Surgery for adhesive small-bowel obstruction associated with lower recurrence risk

With each episode, the probability of another recurrence within five years increased until surgical intervention occurred, and after surgical intervention, risk for subsequent recurrence decreased by about 50%.

Recurrence rates for adhesive small-bowel obstruction may be lower with initial surgical management versus nonsurgical management, a recent study reported.

Researchers in Canada performed a longitudinal, propensity-matched, retrospective cohort study using health administrative data to compare recurrence incidence with initial surgical versus nonsurgical management for adhesive small-bowel obstruction. Patients were included in the study if they were adults 18 to 80 years of age who were admitted to the hospital for a first episode of adhesive small-bowel obstruction from April 1, 2005, through March 31, 2014. The study's primary outcome was cumulative incidence of recurrence after index admission, and the secondary outcome was incidence of additional recurrences after a second episode of adhesive small-bowel obstruction. The study results were published Jan. 30 by JAMA Surgery.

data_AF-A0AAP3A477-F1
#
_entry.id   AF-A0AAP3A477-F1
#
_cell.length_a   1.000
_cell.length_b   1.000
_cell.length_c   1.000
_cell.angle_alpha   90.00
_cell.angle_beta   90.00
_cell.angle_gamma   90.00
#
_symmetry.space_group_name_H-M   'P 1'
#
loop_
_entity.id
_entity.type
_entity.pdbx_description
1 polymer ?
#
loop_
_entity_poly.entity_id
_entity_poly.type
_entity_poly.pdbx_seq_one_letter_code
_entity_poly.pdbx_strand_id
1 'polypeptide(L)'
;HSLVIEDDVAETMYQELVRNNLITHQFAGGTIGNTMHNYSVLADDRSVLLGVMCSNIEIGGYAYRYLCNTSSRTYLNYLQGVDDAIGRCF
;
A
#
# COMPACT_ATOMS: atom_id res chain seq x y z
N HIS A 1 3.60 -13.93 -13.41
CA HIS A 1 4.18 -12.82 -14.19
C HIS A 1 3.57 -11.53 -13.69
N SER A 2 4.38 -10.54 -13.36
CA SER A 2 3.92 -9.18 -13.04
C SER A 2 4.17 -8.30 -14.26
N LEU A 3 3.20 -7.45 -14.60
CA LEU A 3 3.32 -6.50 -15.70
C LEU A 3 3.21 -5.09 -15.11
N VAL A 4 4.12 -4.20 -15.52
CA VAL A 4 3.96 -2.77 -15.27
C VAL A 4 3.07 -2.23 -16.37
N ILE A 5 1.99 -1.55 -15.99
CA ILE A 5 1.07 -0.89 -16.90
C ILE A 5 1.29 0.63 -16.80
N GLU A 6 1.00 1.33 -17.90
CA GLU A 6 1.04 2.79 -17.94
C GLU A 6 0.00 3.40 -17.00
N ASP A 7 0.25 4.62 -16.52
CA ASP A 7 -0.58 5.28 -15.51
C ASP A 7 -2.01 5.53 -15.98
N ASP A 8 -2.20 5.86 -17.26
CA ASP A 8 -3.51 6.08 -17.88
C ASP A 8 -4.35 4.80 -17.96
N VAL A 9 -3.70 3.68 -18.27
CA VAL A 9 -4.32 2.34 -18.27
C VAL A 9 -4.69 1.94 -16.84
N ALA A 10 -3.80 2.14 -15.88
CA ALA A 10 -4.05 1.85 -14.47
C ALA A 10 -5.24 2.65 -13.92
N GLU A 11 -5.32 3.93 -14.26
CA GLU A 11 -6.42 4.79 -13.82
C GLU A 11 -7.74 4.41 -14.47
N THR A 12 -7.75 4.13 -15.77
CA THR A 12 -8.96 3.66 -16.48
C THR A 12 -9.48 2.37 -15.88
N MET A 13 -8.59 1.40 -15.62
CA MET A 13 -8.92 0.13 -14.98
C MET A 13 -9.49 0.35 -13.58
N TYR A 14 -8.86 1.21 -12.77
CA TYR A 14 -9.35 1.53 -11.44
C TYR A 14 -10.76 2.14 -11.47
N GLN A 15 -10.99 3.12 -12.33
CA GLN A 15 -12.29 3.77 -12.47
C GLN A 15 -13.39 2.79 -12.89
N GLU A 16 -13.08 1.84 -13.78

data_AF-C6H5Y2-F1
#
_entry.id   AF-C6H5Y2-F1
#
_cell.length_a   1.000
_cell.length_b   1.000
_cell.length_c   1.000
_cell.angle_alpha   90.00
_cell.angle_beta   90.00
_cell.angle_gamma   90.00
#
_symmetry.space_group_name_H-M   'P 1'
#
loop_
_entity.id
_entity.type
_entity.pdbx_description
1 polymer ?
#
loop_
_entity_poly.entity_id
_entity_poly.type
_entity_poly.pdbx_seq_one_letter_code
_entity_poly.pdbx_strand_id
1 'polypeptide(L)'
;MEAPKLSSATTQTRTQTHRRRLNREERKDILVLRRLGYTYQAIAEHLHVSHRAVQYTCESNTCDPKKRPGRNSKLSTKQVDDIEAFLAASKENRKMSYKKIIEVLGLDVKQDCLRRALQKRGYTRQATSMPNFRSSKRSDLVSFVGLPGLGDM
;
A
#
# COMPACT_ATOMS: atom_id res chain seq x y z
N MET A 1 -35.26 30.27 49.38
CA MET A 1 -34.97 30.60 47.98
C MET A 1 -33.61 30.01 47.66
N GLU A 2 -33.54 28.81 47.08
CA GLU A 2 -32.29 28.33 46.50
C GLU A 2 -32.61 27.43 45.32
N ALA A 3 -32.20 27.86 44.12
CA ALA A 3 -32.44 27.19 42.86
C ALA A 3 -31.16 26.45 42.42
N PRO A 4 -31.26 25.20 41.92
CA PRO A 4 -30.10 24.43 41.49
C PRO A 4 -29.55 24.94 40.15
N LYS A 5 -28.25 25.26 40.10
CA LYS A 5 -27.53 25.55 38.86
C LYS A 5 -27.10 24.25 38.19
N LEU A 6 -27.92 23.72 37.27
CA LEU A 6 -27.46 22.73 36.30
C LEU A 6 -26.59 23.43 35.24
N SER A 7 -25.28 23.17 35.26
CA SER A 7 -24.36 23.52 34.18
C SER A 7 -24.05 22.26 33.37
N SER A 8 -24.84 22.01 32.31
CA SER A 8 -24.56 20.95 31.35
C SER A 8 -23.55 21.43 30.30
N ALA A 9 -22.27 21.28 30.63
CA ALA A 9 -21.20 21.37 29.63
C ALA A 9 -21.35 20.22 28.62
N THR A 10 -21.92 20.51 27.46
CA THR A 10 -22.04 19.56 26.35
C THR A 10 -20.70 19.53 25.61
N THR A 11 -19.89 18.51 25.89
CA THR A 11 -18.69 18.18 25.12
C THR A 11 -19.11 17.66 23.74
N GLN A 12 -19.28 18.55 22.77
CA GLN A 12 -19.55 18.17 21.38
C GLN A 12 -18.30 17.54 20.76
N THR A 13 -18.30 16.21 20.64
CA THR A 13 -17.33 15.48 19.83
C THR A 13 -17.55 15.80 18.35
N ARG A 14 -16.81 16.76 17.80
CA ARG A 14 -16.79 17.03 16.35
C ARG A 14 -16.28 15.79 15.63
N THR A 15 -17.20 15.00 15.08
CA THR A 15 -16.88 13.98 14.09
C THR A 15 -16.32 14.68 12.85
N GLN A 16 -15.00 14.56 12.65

Overall, 27,904 eligible patients were admitted with a first episode of adhesive small-bowel obstruction, and of these, 6,186 (22.2%) had surgery. The mean patient age was 61.2 years; slightly more than half of the patients (51.1%) were women. Maximum follow-up after the index episode was 10 years, and the median follow-up interval was 3.6 years. Surgery was more common in patients who were younger (mean age, 60.2 years vs. 61.5 years) and in those who had fewer comorbid conditions. Risk for recurrence after matching was lower in those with surgical management than in those with nonsurgical management (13.0% vs. 21.3%; hazard ratio, 0.62; P<0.001). With each episode, the probability of another recurrence within five years increased until surgical intervention occurred. After surgical intervention, a decrease of approximately 50% was noted in the risk for subsequent recurrence, the researchers said.

No data were available on patients' surgical histories, and there was a risk for misclassification bias given the use of administrative data, among other limitations, the researchers noted. However, they concluded that surgical intervention for adhesive small-bowel obstruction appeared to be associated with lower risk for recurrence both for the initial episode and during subsequent episodes. “Contrary to dogma, these data suggest that surgical intervention mitigates rather than increases the probability of recurrent [adhesive small-bowel obstruction],” the researchers wrote. They called for consideration of the long-term recurrence risk when managing patients with this condition.